‘Commodification of creativity’, Kathy Bowrey in conversation with Martin Fredriksson and Brad Sherman

22 April BST 11am/CET 12 noon/ Pacific 3am/EST 6am/AEST 8pm

‘Commodification of creativity’, Kathy Bowrey (UNSW) in conversation with Martin Fredriksson (Linköping) and Brad Sherman (Uni of Queensland)

There is an enduring and wide-reaching interest in understanding how copyright interacts with creativity, free speech, national cultures and new technologies. Without tracing the incorporation of authorship into the actual business practices of the global book, music and film industries we can’t begin to fully appreciate creator investments in copyright philosophy. How was the author’s right to intangible property as established in the 19th century so effectively mobilised by multinational corporations to create the modern cultural industries of the 20th century? Despite the image projected in advocacy that highlighted the benefits of copyright to all in the abstract, not all writers exploited copyright in the same manner or had access to the same social privileges, though standard forms of exploitation did emerge. To understand why some benefited and why others did less well, the relevance of writers’ different personalities, personal objectives, knowledge, experience, social networks and fortunes needs to be taken into account, but these factors play out differently depending upon genre, anticipated market, commodity forms and geographical location. Change in the significance of copyright and better outcomes for creators can come about when the value of authorship is reconsidered in light of a deeper understanding of how law functions in the cultural marketplace. It is hoped that readers of this book will support this endeavour by drawing upon a more critical understanding of copyright’s history in the 20th century and, in helping shift how relationships between art, law and society are perceived, deliver more control over creative lives than was evident in the previous century.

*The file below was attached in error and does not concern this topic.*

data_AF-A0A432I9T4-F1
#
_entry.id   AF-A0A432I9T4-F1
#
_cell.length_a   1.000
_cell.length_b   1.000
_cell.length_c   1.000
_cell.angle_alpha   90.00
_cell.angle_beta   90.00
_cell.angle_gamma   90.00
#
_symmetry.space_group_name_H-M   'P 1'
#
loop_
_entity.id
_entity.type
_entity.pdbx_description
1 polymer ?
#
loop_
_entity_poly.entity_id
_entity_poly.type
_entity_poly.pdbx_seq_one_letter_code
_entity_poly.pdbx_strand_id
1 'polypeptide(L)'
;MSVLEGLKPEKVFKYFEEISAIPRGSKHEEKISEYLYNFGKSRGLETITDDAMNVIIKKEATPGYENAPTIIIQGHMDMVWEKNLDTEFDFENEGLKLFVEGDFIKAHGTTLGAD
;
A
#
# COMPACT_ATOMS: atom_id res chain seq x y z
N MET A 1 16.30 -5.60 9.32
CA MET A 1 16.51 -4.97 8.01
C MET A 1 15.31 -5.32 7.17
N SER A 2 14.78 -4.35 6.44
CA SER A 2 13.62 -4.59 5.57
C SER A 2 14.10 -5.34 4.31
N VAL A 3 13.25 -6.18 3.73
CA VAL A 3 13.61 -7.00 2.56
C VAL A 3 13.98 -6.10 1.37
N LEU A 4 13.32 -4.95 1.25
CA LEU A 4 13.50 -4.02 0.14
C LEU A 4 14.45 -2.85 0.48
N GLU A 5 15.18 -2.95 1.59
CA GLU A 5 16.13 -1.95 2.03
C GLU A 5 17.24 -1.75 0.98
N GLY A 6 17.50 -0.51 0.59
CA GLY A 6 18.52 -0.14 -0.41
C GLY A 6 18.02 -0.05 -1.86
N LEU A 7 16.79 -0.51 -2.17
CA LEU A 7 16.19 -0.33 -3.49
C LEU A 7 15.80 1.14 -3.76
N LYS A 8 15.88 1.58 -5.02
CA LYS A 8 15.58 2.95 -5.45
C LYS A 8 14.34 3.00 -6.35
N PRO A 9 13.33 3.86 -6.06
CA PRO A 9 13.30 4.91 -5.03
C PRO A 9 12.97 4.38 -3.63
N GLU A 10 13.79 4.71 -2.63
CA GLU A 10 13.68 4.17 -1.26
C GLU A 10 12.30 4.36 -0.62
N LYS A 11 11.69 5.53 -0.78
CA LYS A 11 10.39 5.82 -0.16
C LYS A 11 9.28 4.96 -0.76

Kathy Bowrey is Professor at the Faculty of Law & Justice, University of New South Wales and Co-Director, ISHTIP. Her new book Copyright, Creativity, Big Media and Cultural Value. Incorporating the Author was published by Routledge, 2021.

Martin Fredriksson is Associate Professor at the Unit for Culture and Society (Tema Q), Linköping University. He is a member of the ISHTIP Governing Board.

Brad Sherman is Professor of Law and UQ Laureate Fellow at the TC Beirne School of Law, University of Queensland. He is a member of the ISHTIP Advisory Board.

To download a transcript of this discussion:

ROUTLEDGE 20% Discount Available : Enter the code SOC21 at checkout

Share and Enjoy:
  • Print
  • PDF
  • Add to favorites
  • Facebook
  • Twitter
  • del.icio.us